Cannot vs Shall Not

The long-bemoaned change from text-to-screen is more than a simple matter of book nerds being … well … book nerds. The two terms are not equivalent in any way. Let’s begin with the passage in question:

‘You cannot pass,’he said. The orcs stood still, and a dead silence fell. ‘I am a servant of the Secret Fire, wielder of the flame of Anor. You cannot pass. The dark fire will not avail you, flame of Udûn. Go back to the Shadow! You cannot pass.’
The Balrog made no answer. The fire in it seemed to die, but the darkness grew. It stepped forward slowly on to the bridge, and suddenly it drew itself up to a great height, and its wings were spread from wall to wall; but still Gandalf could be seen, glimmering in the gloom; he seemed small, and altogether alone: grey and bent, like a wizened tree before the onset of a storm.
From out of the shadow a red sword leaped flaming.
Glamdring glittered white in answer.
There was a ringing clash and a stab of white fire. The Balrog fell back, and its sword flew up in molten fragments. The wizard swayed on the bridge, stepped back a pace, and then again stood still.
‘You cannot pass!’ he said.
With a bound the Balrog leaped full upon the bridge.
[LotR, ii, Chapter 5, ‘The Bridge of Khazad-dûm’]

donato-giancola-youcannotpass-donato-1200.jpg
“You Cannot Pass” by Donato Giancola

Now let’s take a look at the meanings of the words:

can
verb
modal verb: can; modal verb: could
1. be able to.
“they can run fast”
2. be permitted to.
“you can use the phone if you want to”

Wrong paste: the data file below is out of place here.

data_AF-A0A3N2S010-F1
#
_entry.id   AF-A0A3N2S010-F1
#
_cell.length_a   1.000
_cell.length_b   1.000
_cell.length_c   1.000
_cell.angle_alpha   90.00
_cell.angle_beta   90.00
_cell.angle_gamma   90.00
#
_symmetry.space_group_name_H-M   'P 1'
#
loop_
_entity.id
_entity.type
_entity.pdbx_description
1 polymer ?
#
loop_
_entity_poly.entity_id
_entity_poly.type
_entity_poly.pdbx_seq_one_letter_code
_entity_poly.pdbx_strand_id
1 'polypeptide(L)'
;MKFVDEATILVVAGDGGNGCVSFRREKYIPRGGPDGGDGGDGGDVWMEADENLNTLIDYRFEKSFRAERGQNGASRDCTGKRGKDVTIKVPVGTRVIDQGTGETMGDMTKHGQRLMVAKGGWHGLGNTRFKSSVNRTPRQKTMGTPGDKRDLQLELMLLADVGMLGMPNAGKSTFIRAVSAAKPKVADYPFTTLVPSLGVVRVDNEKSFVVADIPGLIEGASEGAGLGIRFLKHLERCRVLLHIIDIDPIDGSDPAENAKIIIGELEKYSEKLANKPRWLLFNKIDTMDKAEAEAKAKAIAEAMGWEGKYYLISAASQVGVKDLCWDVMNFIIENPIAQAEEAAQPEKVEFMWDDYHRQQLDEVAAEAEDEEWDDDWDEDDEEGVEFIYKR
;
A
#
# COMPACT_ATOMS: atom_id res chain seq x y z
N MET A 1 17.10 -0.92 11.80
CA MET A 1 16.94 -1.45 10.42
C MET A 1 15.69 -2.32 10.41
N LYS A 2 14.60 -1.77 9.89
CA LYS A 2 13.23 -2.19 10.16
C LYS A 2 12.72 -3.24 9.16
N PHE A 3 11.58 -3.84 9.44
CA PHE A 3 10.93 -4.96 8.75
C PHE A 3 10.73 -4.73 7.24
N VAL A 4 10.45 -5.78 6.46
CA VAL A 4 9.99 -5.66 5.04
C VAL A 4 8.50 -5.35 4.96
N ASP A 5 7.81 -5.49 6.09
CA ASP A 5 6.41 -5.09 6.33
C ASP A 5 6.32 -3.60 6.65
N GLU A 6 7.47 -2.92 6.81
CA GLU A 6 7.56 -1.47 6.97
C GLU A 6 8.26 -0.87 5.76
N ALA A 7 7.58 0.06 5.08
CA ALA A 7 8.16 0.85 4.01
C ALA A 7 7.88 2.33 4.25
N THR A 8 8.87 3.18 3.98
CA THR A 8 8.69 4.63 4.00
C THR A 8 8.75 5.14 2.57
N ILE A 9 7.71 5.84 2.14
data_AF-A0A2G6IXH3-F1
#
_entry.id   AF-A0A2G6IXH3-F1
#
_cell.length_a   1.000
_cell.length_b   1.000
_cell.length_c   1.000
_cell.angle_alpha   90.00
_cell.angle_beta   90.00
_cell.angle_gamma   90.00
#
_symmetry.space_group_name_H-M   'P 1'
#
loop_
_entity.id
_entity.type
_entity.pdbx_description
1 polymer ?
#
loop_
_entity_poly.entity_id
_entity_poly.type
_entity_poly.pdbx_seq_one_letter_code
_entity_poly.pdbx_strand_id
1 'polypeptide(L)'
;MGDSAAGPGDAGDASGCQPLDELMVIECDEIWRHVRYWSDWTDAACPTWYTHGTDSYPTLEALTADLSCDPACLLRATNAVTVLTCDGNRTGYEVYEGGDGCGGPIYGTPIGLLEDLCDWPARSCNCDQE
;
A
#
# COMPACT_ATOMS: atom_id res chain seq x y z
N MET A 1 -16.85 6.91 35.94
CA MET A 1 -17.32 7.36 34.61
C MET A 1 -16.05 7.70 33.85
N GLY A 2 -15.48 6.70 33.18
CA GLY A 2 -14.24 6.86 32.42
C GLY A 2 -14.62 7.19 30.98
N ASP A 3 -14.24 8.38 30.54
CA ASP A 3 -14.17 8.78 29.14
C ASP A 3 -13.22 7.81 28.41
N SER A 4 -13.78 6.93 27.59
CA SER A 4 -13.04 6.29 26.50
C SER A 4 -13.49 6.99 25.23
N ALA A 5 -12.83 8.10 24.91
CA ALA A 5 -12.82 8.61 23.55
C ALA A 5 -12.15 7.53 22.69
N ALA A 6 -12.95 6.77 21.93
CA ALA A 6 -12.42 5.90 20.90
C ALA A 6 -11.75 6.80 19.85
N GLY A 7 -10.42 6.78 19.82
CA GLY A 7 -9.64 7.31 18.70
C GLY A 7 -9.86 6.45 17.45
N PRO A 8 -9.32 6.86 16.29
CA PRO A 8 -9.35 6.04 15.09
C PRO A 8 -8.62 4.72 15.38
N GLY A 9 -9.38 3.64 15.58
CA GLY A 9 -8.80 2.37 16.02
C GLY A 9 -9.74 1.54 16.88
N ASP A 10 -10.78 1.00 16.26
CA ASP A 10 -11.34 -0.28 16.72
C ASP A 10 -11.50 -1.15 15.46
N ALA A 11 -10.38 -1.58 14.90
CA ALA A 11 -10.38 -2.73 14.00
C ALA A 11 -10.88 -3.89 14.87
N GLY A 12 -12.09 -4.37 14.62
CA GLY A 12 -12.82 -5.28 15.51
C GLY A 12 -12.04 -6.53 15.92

3. used to request someone to do something.
“can you open the window?”

not
adverb: not
1. used with an auxiliary verb or ‘be’ to form the negative.
“he would not say”

It’s not simple to find a ‘definition’ of cannot, since they tend to point you back to can not, which is two word lookups and then associating the two together for a new, third meaning (see above). But for the sake of clarity, the below is offered, taken from http://grammarist.com

cannot
auxiliary verb; contraction {can not};
can•not;
…an inability to do something, the denial of permission to do something, an incapacity to do or attain something.

Taking the above in-hand, what is Gandalf likely saying when he tells the Balrog (no fewer than four times) that he [the Balrog], cannot pass?

The first entry above (1) defines an ability [You do not have the ability to pass!]; you could argue what Gandalf means by ‘ability’ (see below); the second (2) defines a permission [“You do not have permission to pass!]; the third (3) defines a request. I think we can all agree that Gandalf was making no request of the Balrog, so we can throw that straight out.

Both the first and second entries seem plausible. In the first, we need to first determine what Gandalf would mean if he implies ability. The Balrog, surely, has the physical ability to cross the bridge: he has legs; he can walk; he even “leaped full upon the bridge”. The only thing standing between him and the other side is Gandalf. Had Gandalf not been there, then theoretically, the Balrog would have the ability to carry on over the bridge, if he so chose. Therefore, if we take the first entry to be our guide, Gandalf must be implying that the Balrog has not the ability to circumvent the blockade that he [Gandalf] has created.

The second entry defines a permission. So, the Balrog’s permission to cross the Bridge is lacking (or at least in question). Again, taking Gandalf out of the picture, would the Balrog have permission to cross the bridge? That depends on if you assume some sort of unspoken restriction on the part of the bridge’s original owners: the dwarves. If you assume that, when the dwarves vacated Moria, they also surrendered any and all rights to place any restrictions on anyone remaining within the halls, then we can assume the Balrog needed no permission whatsoever. Certainly, any restrictions were not enforceable. Therefore, any restriction in-place is there by Gandalf’s efforts alone. Gandalf himself is either reinforcing legacy restrictions or is founding new ones and enforcing them himself. He does not extend permission to the Balrog.